Shifting tone from irony to rage and perspective away from Hill, we learn the woman’s favorite “houseboy,” Njoroge, plots her murder as a revolutionary act. Ngũgĩ plays with the master-slave dialectic. Ultimately, it is Njoroge’s recognition of Hill as a person that saves her life. He writes that Hill:
“suddenly crystalized into a woman, a wife, somebody like Njeri or Wambui, and above all, a mother. He could not kill a woman. He could not kill a mother. He hated himself for this change. He felt agitated. He tried hard to put himself in the other condition, his former self, and see her as just a settler. As a settler, it was easy.”
In “The Martyr,” Ngũgĩ observes the necessary violence of Fanonism but ultimately recoils at its demands. Meanwhile, “Goodbye Africa,” a story of a white couple leaving the continent, treats the entire colonial project as puffed up, racist absurdity. A drunk retiree colonel who speaks of the “colonizing mission” and “British capitalism” feels himself cast out of an Edenic Africa in a reenactment of the Fall. He writes unironically that “the white man in Africa must accept a more stringent moral code in the family and in the society at large. For we must set the ideals to which our African subjects must aspire.” Of course, he knows nothing of Africa and is angered and shaken by the African turn from servility to anger and arrogance and is cuckolded by a young African man who haunts his dreams.
The scars of colonialism run deep in Ngũgĩ’s stories about an independent Kenya. An original humiliation at the hands of assimilated Africans drives the embourgeoisement and Christianization of a free man in “Wedding at the Cross.” Indeed, the embourgeoisement of Kenyan society, the African embrace of the colonial church, and tension between modernity and tradition come to a head in a bride’s fateful “no.” “The Mubenzi Tribesman” partly inverts the narrative of “Wedding at the Cross” as the young hope of a village succumbs to middle-class urban habits before destroying himself to meet the demands of conspicuous consumption. In the devastating “Meeting in the Dark,” the impossible strains of these fault lines are enacted violently on the least in society—as always, a woman—as Ngũgĩ shows the brunt of Kenya’s pain is borne by those with the least agency.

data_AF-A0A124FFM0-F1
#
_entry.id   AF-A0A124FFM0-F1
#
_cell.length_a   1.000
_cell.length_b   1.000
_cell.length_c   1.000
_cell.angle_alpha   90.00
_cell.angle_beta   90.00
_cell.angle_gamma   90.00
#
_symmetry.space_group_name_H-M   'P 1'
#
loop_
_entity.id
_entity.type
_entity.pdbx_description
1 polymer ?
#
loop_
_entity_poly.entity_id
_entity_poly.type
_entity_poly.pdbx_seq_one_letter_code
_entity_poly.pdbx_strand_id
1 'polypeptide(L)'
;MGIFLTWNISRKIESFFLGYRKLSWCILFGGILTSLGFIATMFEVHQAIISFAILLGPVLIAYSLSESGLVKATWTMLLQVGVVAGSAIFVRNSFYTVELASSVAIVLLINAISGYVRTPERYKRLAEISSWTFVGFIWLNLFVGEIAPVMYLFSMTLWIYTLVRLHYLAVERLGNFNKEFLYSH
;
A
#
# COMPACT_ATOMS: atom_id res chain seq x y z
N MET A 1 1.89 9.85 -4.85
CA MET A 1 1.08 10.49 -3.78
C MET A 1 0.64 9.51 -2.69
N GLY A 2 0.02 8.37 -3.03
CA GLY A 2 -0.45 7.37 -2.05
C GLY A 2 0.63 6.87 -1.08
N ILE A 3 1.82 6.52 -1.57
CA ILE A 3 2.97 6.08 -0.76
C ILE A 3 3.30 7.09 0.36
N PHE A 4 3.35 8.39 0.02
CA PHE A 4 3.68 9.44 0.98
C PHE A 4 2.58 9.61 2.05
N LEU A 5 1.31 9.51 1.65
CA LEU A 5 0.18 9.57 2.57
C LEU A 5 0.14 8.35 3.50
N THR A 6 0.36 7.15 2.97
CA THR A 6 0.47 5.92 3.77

“Secret Lives,” is in many ways the centerpiece of the collection (and was, in earlier editions, the title of this collection). Written in 1970, three of the longer stories of the collection deal pessimistically, but humanely with postcolonial Kenya. Marxist, yes, but with a humanity and comic eye that reminded me of Steinbeck’s Cannery Row. Ngũgĩ’s characters, like the unbeautiful bargirl of “Minutes of Glory” and the there-but-for-the-grace-of-God drunken watchman of “The Mercedes Funeral,” are hard luck men and women whose steadily narrowing options dramatize the broader features– corrupt politics, shallow religion, class oppression, the persistent effect of colonialism – of modern Kenya. Ngũgĩ’s eye for enlivening detail and ironic punchline give these stories a bawdy sense of inhabitation. He gives us drunken commentary from a bar in “The Mercedes Funeral.”
“You don’t make laws by sitting in your home drinking Chang’aa and playing draughts. For the student he had only scornful laughter: intellectual workers… he means intellectuals whose one speciality is stoning other people’s cars and property! Gentlemen… there was nothing in the campaign, no issues, no ideas… just promises. People were bored. They did not know whom to choose although the non-arguments of the aspiring businessman held more sway. You, your bottle is still empty… you want to change to something stronger?”
By the end, a poor man is dead, the student radical has sold out, the businessman ruined, a farmer-chief too and the incumbent still in office. And the narrator? “Four years from now… you never know. Gentleman… how about one for the road?”
Minutes of Glory is a potent, if tonally uneven, introduction to Ngũgĩ, the moralist and political writer whose best stories never lose sight of the human beings buffeted by wider forces. We see Ngũgĩ’s development both as a writer and political thinker and experience his short fiction at three critical moments of his life: the beginning of his career, after an intellectual leap, and reflecting upon a life in arts. Throughout, Ngũgĩ, despite his renunciation of Christianity, acts as the biblical prophet Nathan, whose tale of injustice first outraged, then implicated, and finally convicted a king.